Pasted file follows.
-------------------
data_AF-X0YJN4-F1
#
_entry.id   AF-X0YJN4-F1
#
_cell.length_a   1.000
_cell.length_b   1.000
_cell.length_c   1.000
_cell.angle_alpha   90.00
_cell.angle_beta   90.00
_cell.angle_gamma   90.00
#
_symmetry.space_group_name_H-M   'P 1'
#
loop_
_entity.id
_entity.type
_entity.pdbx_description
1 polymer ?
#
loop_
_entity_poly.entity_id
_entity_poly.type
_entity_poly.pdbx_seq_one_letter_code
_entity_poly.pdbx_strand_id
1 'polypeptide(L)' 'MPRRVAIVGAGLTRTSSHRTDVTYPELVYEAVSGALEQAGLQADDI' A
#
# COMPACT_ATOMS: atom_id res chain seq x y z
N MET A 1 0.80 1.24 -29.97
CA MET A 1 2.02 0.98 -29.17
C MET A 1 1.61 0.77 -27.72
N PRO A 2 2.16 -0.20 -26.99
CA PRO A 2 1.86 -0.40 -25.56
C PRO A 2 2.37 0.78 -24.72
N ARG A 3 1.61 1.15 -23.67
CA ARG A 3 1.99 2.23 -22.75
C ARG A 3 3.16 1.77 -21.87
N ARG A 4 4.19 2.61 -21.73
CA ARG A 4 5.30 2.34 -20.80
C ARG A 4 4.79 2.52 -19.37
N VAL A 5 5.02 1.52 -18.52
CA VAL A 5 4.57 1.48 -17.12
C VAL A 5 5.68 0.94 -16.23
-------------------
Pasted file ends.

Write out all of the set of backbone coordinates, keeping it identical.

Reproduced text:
data_AF-X0YJN4-F1
#
_entry.id   AF-X0YJN4-F1
#
_cell.length_a   1.000
_cell.length_b   1.000
_cell.length_c   1.000
_cell.angle_alpha   90.00
_cell.angle_beta   90.00
_cell.angle_gamma   90.00
#
_symmetry.space_group_name_H-M   'P 1'
#
loop_
_entity.id
_entity.type
_entity.pdbx_description
1 polymer ?
#
loop_
_entity_poly.entity_id
_entity_poly.type
_entity_poly.pdbx_seq_one_letter_code
_entity_poly.pdbx_strand_id
1 'polypeptide(L)' 'MPRRVAIVGAGLTRTSSHRTDVTYPELVYEAVSGALEQAGLQADDI' A
#
# COMPACT_ATOMS: atom_id res chain seq x y z
N MET A 1 0.80 1.24 -29.97
CA MET A 1 2.02 0.98 -29.17
C MET A 1 1.61 0.77 -27.72
N PRO A 2 2.16 -0.20 -26.99
CA PRO A 2 1.86 -0.40 -25.56
C PRO A 2 2.37 0.78 -24.72
N ARG A 3 1.61 1.15 -23.67
CA ARG A 3 1.99 2.23 -22.75
C ARG A 3 3.16 1.77 -21.87
N ARG A 4 4.19 2.61 -21.73
CA ARG A 4 5.30 2.34 -20.80
C ARG A 4 4.79 2.52 -19.37
N VAL A 5 5.02 1.52 -18.52
CA VAL A 5 4.57 1.48 -17.12
C VAL A 5 5.68 0.94 -16.23